As soon as I become aware of the existence of CUDA I decide to mount on this bandwagon opening to me the opportunity to do QCD on the lattice at my home. So, I upgraded my PC at home with a couple of 9800 GX2 cards (2 GPUs for each with 512 MB of DDR3 RAM each one) having CUDA architecture 1.1. This means that these cards can do single precision computations at about 1 Tflops and my PC can express a performance of 2 Tflops. But I have no double precision. I have also changed my motherboard to a Nvidia 790i Ultra that support a 3-way SLI mode and the power supply upgraded to 1 KW (Silent Gold Cooler Master). I have added 4 GB of DDR3 RAM and maintained my CPU, an Intel Core 2 Duo E8500 with 3.16 GHz for each core. The interesting point about this configuration is that I have bought the three Nvidia cards from Ebay as used material at a very low cost. Then, I was in business with very few bucks!

Before this upgrading of my machine I had Windows XP home 32 bit installed. This operating system was only able to address 3 GB of RAM and 1 GB of it was used by the two graphics cards. This revealed a serious drawback to all the matter. In a moment I will explain what I did to overcome it.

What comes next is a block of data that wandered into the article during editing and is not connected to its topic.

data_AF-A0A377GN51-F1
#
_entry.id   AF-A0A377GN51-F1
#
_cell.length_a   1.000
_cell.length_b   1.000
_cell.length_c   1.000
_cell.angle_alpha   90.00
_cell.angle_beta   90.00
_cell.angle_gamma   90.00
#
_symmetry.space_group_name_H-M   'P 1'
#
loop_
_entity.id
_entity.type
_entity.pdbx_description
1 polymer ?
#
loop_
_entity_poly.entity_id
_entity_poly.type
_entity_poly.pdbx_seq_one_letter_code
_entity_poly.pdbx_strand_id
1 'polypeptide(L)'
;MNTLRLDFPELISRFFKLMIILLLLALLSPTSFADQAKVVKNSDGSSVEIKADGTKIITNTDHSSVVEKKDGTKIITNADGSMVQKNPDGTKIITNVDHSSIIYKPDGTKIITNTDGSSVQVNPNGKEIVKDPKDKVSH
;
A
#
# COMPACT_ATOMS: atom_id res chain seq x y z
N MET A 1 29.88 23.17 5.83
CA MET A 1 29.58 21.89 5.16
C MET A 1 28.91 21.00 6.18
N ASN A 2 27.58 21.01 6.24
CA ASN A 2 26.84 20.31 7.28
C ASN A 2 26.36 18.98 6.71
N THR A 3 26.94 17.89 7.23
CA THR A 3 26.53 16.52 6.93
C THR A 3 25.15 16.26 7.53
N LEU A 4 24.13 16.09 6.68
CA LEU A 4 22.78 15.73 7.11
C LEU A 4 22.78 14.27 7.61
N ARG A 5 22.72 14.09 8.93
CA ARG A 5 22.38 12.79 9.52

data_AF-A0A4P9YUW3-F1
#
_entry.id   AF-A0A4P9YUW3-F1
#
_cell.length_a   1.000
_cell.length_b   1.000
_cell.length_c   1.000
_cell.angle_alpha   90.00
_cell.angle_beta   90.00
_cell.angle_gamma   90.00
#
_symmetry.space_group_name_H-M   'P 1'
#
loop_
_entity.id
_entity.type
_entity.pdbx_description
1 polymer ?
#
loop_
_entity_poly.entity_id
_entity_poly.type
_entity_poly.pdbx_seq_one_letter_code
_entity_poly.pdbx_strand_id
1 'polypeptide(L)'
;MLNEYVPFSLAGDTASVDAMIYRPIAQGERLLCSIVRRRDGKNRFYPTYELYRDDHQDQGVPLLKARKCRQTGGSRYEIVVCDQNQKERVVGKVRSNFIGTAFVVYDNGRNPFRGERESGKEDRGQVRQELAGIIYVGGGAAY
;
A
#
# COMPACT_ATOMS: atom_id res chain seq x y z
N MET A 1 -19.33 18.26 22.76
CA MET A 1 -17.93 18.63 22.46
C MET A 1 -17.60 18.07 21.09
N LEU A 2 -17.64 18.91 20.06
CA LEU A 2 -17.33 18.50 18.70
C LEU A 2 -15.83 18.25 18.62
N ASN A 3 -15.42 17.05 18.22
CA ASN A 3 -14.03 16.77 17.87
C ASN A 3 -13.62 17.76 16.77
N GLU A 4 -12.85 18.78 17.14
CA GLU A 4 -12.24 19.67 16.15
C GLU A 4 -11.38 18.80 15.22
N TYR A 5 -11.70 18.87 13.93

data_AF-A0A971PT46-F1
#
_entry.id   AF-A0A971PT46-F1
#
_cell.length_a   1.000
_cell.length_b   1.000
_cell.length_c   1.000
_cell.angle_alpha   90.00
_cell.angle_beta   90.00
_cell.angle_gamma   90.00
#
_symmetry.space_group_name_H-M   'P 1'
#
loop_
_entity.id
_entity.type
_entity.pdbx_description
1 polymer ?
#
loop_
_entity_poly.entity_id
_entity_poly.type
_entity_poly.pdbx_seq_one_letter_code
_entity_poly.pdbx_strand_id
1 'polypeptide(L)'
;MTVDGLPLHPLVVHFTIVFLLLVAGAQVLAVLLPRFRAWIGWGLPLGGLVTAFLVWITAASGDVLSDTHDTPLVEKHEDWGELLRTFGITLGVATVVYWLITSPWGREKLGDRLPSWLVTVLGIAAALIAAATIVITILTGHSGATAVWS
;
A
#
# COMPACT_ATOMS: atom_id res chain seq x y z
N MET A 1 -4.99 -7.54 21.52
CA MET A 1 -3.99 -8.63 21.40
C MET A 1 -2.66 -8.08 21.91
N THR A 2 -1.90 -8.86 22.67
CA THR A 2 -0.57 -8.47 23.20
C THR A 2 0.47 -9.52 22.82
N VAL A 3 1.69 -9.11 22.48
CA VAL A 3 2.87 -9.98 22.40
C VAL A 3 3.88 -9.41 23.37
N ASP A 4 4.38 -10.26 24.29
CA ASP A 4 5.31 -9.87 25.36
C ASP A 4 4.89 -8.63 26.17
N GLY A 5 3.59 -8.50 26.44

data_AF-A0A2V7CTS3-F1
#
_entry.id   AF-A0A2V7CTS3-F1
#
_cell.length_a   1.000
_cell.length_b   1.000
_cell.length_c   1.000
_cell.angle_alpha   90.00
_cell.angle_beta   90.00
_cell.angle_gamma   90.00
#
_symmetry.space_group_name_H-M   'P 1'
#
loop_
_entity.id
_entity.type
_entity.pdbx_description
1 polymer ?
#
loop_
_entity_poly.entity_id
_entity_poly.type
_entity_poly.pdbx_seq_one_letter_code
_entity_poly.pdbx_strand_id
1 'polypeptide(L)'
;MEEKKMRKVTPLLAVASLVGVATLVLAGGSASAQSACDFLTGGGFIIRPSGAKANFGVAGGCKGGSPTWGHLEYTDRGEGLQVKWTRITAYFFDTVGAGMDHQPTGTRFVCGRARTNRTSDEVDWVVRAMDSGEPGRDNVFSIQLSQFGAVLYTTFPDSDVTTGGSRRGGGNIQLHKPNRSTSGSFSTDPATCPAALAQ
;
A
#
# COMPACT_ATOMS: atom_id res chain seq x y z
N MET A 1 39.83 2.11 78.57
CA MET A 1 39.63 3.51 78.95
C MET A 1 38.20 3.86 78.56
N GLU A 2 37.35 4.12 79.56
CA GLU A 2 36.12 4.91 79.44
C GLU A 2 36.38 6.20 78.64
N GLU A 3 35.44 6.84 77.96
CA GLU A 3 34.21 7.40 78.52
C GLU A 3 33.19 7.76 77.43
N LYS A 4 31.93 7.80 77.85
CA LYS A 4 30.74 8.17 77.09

The next important step was to obtain CUDA code for QCD. The question is that CUDA technology is going to spread rapidly into academic environment and a lot of code was available. Initially I thougth to MILC code. There is CUDA code available and people of MILC Collaboraion was very helpful. This code is built for Linux and I was not able to make this operating system up and running on my platform. Besides, I would have had needed a lot of time to make all this code working for me and I had to give up despite myself. Meantime, a couple of papers by Pedro Bicudo and Nuno Cardoso appeared (see here and here). Pedro was a nice companion at the conference “The many faces of QCD” where I have had the opportunity to know him. He was not aware I had asked the source code to his student Nuno. Nuno has been very kind to give me the link and I downloaded the code. This has been a sound starting point for the work on my platform. The code has been written for CUDA since the start and so well optimized. Pedro said to me that the optimization phase cost them a lot of work while putting down the initial code was relatively easy. They worked on a Linux platform so he was surprised when I said to him that I intended to port their code under Microsoft Windows. But this is my home PC and all my family uses it and also my attempt to install Ubuntu 64 bit revealed a failure that cost to me the use of Windows installation disk to remove the dual boot.